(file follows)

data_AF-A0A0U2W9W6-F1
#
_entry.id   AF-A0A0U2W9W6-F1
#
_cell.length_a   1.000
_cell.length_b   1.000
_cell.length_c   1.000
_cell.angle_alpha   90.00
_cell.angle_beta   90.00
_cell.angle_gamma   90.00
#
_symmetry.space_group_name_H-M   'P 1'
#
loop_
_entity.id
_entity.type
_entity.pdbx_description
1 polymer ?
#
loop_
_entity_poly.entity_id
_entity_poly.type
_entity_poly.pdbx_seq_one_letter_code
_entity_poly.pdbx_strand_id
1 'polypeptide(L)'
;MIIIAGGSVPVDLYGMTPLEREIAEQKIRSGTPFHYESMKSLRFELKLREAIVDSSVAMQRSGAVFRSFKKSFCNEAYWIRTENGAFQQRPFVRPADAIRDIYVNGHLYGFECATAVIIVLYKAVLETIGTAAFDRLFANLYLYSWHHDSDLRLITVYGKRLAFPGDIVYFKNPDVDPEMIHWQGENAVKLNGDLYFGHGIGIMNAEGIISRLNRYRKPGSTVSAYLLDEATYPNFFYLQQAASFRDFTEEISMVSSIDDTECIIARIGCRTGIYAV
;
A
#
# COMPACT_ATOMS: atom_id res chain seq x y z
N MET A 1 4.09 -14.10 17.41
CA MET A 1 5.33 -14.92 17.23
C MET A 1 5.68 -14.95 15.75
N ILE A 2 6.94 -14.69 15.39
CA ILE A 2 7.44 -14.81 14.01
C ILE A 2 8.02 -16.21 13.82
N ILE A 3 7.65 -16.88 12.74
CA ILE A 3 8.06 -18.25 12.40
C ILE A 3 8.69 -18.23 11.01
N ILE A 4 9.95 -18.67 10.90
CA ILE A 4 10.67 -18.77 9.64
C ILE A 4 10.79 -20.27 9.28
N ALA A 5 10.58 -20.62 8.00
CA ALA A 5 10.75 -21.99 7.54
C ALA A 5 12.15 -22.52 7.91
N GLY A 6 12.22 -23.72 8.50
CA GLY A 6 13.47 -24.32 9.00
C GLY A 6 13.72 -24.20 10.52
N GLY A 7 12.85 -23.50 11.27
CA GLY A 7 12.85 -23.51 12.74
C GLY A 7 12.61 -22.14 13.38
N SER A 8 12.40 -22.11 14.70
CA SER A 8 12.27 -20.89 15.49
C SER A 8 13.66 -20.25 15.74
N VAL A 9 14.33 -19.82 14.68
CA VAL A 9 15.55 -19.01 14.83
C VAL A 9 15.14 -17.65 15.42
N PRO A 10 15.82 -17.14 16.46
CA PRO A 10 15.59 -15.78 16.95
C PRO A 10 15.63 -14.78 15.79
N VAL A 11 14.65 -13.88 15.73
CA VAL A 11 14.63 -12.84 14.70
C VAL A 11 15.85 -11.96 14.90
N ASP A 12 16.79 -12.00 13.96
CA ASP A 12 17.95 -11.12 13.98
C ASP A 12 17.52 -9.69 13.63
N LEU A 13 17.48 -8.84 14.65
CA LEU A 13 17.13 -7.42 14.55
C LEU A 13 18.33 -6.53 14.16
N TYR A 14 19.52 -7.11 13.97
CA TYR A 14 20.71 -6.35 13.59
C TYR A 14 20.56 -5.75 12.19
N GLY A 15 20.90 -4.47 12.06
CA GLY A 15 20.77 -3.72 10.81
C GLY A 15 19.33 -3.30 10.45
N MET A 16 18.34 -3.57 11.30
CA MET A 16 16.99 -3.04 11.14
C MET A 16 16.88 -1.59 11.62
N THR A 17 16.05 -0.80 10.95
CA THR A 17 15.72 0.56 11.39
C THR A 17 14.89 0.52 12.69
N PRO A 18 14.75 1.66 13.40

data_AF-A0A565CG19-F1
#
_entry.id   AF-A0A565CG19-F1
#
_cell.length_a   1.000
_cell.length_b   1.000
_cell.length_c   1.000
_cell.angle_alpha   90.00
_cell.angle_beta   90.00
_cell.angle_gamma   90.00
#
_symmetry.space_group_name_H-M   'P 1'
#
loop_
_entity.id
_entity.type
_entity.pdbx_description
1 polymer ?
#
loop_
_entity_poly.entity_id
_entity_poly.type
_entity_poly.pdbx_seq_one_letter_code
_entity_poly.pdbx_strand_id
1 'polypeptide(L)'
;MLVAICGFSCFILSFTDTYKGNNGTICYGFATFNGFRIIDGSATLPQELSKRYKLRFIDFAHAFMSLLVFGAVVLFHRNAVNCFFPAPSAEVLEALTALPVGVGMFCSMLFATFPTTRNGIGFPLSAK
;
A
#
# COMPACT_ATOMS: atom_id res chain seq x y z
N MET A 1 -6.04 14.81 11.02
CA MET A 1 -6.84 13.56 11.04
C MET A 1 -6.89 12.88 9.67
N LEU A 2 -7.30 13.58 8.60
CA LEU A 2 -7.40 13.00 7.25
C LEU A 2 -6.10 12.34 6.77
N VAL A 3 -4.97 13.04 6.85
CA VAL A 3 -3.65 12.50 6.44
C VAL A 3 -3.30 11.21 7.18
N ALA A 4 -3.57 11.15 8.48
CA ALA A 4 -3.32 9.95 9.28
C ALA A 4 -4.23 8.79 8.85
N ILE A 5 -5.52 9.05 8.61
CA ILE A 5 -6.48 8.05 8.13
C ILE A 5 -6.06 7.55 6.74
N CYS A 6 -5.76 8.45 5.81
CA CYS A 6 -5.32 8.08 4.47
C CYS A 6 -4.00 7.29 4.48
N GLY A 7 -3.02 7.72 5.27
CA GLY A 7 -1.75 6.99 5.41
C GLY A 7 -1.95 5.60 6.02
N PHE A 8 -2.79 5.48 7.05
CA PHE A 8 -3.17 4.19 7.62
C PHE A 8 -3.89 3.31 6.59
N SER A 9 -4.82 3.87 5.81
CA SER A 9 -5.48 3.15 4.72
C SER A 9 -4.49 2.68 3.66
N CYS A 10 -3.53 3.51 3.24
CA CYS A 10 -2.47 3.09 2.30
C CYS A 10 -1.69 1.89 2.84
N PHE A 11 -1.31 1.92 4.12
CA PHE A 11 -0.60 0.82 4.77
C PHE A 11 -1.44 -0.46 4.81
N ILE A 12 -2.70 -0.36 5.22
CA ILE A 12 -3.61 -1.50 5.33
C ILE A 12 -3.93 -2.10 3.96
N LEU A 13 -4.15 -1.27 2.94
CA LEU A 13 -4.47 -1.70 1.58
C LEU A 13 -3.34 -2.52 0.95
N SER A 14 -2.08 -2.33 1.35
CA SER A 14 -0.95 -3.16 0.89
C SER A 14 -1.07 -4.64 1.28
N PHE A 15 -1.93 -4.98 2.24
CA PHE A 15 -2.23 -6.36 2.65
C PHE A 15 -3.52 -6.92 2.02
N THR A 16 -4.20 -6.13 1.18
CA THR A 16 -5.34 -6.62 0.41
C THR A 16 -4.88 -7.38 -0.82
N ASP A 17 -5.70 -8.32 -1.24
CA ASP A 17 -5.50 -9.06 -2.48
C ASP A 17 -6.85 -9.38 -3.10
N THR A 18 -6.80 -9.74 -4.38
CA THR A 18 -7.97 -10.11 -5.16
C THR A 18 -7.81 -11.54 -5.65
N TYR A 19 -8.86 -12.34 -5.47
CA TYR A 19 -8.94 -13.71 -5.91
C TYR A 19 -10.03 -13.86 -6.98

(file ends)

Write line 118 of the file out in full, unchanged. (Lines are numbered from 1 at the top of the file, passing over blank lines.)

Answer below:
C LEU A 2 -6.10 12.34 6.77